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Debt Crisis

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Kerby Andersonnever miss viewpoints

Members of Congress are debating fiscal issues, but unfortunately they often are debating the wrong issues. On the table are two issues: the debt limit debate and the tax reform debate. As important as they are, they pale in comparison to a bigger issue.

Justin Bogie and Chase Flowers say, “America is Heading Straight into Its Most Avoidable Crisis Ever.” In fact, they compare it to the familiar story of the sinking of the Titanic. The crew of the Titanic chose to ignore warnings of icebergs. Congress can fall into the same trap instead of avoiding a crisis that is preventable.

Already the federal debt has reached $20 trillion and is growing at an unsustainable rate. According to the long-term projections of the Congressional Budget Office, “the federal debt is projected to increase from $20 trillion to $92 trillion in the next 30 years.” The only areas of spending that are expected to increase as a percentage of GDP are Social Security, major health care programs, and interest on the debt. These are the three areas that will be driving the national debt.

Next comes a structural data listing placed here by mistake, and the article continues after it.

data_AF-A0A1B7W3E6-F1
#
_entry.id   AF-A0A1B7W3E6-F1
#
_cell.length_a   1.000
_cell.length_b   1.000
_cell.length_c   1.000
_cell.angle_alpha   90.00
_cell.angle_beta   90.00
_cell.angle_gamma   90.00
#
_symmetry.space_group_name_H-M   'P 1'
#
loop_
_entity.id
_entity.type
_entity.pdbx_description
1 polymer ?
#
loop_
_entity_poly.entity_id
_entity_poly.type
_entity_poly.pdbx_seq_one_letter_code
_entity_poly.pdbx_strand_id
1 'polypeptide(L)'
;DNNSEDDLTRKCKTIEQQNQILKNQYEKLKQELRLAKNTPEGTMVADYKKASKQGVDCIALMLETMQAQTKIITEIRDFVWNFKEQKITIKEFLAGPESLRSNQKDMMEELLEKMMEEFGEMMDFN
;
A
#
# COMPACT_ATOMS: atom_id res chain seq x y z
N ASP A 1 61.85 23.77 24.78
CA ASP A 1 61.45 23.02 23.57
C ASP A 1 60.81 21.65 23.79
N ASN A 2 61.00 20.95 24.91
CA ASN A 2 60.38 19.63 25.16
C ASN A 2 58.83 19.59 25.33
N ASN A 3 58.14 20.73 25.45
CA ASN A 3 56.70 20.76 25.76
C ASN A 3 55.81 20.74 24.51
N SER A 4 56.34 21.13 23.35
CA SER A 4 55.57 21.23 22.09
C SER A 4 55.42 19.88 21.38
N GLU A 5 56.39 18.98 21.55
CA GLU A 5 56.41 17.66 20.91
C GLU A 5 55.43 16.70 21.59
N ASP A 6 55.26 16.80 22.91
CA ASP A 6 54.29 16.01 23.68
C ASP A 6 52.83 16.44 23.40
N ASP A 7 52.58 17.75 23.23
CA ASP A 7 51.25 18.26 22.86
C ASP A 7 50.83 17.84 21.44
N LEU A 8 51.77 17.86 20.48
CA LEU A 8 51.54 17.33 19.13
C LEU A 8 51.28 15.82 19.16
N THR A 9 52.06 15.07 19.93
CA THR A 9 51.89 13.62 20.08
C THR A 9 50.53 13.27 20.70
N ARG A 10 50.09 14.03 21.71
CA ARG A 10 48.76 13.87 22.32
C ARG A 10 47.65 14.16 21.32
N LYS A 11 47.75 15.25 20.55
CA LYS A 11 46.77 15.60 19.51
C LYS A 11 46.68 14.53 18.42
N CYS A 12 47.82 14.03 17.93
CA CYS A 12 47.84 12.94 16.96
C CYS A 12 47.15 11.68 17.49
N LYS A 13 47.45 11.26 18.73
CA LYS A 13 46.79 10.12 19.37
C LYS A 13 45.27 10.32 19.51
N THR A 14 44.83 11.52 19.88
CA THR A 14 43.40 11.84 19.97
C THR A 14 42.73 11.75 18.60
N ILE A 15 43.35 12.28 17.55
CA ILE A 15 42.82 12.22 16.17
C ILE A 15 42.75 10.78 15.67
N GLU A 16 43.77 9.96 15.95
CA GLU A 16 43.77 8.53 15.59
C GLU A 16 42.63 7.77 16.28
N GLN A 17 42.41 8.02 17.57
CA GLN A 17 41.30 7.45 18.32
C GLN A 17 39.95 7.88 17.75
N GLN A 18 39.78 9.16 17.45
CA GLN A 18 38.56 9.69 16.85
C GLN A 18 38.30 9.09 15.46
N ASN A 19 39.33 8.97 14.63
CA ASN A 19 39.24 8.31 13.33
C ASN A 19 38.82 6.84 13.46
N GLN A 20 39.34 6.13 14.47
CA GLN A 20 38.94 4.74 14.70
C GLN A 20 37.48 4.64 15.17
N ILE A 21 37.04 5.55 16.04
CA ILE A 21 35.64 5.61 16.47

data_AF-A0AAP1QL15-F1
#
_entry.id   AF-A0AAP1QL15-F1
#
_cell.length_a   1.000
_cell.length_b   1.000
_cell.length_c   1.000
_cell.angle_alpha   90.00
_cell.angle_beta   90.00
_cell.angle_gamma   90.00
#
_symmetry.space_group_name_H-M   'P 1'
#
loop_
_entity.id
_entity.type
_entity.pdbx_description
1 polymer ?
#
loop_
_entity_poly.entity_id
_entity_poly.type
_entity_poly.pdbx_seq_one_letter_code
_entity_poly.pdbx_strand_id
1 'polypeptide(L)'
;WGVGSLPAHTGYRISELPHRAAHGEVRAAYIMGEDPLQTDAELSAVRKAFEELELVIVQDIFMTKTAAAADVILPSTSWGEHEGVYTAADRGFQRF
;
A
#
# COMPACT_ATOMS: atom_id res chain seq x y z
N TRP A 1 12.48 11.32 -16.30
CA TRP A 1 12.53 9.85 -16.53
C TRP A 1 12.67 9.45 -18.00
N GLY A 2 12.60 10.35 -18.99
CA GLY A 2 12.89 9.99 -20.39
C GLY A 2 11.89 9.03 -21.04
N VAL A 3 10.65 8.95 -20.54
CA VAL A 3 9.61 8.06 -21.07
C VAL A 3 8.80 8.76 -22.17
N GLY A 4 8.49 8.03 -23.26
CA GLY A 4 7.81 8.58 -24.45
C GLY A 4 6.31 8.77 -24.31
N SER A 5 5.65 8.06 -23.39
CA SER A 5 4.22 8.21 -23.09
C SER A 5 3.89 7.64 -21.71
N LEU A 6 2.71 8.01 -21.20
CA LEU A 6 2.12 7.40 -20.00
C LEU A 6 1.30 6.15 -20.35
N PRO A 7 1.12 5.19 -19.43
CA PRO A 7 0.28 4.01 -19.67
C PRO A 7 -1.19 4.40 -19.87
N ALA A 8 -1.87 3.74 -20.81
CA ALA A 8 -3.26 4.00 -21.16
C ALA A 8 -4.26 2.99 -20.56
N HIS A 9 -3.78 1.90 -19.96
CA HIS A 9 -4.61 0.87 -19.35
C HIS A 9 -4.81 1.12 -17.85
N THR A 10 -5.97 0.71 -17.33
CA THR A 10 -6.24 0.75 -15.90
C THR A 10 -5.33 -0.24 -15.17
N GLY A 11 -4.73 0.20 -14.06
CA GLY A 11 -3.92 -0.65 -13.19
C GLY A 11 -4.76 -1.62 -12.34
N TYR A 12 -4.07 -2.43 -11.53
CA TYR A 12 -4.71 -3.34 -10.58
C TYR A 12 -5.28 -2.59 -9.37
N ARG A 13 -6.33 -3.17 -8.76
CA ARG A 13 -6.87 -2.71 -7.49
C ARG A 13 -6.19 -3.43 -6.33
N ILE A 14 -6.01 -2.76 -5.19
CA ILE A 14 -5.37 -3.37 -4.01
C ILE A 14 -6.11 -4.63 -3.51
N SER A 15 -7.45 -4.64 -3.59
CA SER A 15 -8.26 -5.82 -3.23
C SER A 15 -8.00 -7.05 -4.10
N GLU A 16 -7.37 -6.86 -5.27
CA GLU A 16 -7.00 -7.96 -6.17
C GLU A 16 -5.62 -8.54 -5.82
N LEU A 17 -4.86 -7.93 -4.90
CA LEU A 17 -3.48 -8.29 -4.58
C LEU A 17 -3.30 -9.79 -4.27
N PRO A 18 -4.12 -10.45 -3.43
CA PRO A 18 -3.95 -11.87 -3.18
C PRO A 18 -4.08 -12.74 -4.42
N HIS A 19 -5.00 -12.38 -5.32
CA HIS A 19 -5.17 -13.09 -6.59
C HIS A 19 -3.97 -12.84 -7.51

What will be the impact? First, interest rates could rise sharply because creditors want more protection or because the government is attempting to sell more bonds than people are willing to buy at current rates. Second, these higher rates will mean that the cost of the federal debt will be greater. This will force the government to either tax more or borrow more. Third, this increased federal debt will restrict the government’s ability to use tax and spend policies to respond to a financial crisis or even an economic downturn.

Of course the younger generations in America are the ones who will bear the brunt of these dire economic trends. Unless members of Congress reduce spending and reign in entitlements, higher taxes and lower wages are what await these younger members of society in the future.

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